Mental Illness and the Paranormal
When "there's somethin' strange in the neighborhood," there are many "hurdles" that have to be cleared before you even consider a paranormal explanation.
A big one is the question of mental or neural illness. But this issue raises complex and very uncomfortable questions about the nature of these illnesses, their possible interaction with the paranormal, and just who is "crazy" and who isn't.
On the surface of it, hearing voices and seeing things can be symptoms of schizophrenia, schizotypal personality disorder (SPD), or temporal lobe epilepsy (TLE). That's why one of the first questions I ask in an investigation is: "Who else is seeing or hearing this?"
Sure, there's such a thing as suggestibility and what we used to call "group hysteria," but if more than one person is experiencing phenomena, it does start to limit the possibilities.
I have always been a ferocious questioner, which is probably what led me into journalism. As a student of abnormal psychology decades ago, I would sometimes observe and work with schizophrenics and others with serious psychoses. Also a student of the paranormal, I began to ask questions nobody else seemed to be asking.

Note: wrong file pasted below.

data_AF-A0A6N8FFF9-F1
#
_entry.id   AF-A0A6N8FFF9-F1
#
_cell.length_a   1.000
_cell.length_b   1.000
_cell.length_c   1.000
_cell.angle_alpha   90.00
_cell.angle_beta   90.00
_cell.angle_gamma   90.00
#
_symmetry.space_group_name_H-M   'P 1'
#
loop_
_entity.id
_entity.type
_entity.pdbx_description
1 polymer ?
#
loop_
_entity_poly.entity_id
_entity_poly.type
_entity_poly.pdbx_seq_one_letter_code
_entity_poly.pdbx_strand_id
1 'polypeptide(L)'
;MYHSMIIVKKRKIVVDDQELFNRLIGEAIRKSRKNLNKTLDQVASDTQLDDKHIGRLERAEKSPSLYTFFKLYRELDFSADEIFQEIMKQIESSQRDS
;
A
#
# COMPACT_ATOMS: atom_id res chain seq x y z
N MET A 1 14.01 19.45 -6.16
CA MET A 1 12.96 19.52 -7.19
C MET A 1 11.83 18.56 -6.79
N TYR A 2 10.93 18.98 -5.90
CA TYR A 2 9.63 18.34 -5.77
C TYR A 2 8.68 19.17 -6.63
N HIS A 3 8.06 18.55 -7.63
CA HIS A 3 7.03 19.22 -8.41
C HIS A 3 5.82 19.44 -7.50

Do these illnesses or conditions create the chemically-induced illusions of other realities in the minds of these patients? Or do they open doors into actual other realities (a la quantum physics) usually closed to the rest of us, who are supposedly normal?
At Ogdensburg State Hospital in New York State or Norwich State Hospital in Connecticut, I would often catch such knowing looks in the eyes of these patients! On a few occasions, their conditions would be accompanied by apparent paranormal activity witnessed by hospital staff.
These questions were especially vexing to me when it came to those rare souls suffering from dissociative identity disorder (multiple personalities). Are such patients different people at different times because their brains are "fried," or are they simply aware of who they are in other places and times in the multiverse?
Among our ancient, "primitive" ancestors, these people were considered holy, not crazy. They were seen as more aware and in touch with the Gods than most. Today, they have serious trouble functioning in the artificial society we have created, even with their pockets full of "antipsychotic" pills.
Sure, many of these conditions express themselves destructively and must be restrained. But some "sufferers" have deep spiritual insight, experience life on far more profound levels than we do, and have much more to contribute than sweeping hallways or selling tickets at bus stations.
Psychology needs to look more deeply at these questions. Too much is at stake for all of us.
2005 by Paul F. Eno. All rights reserved.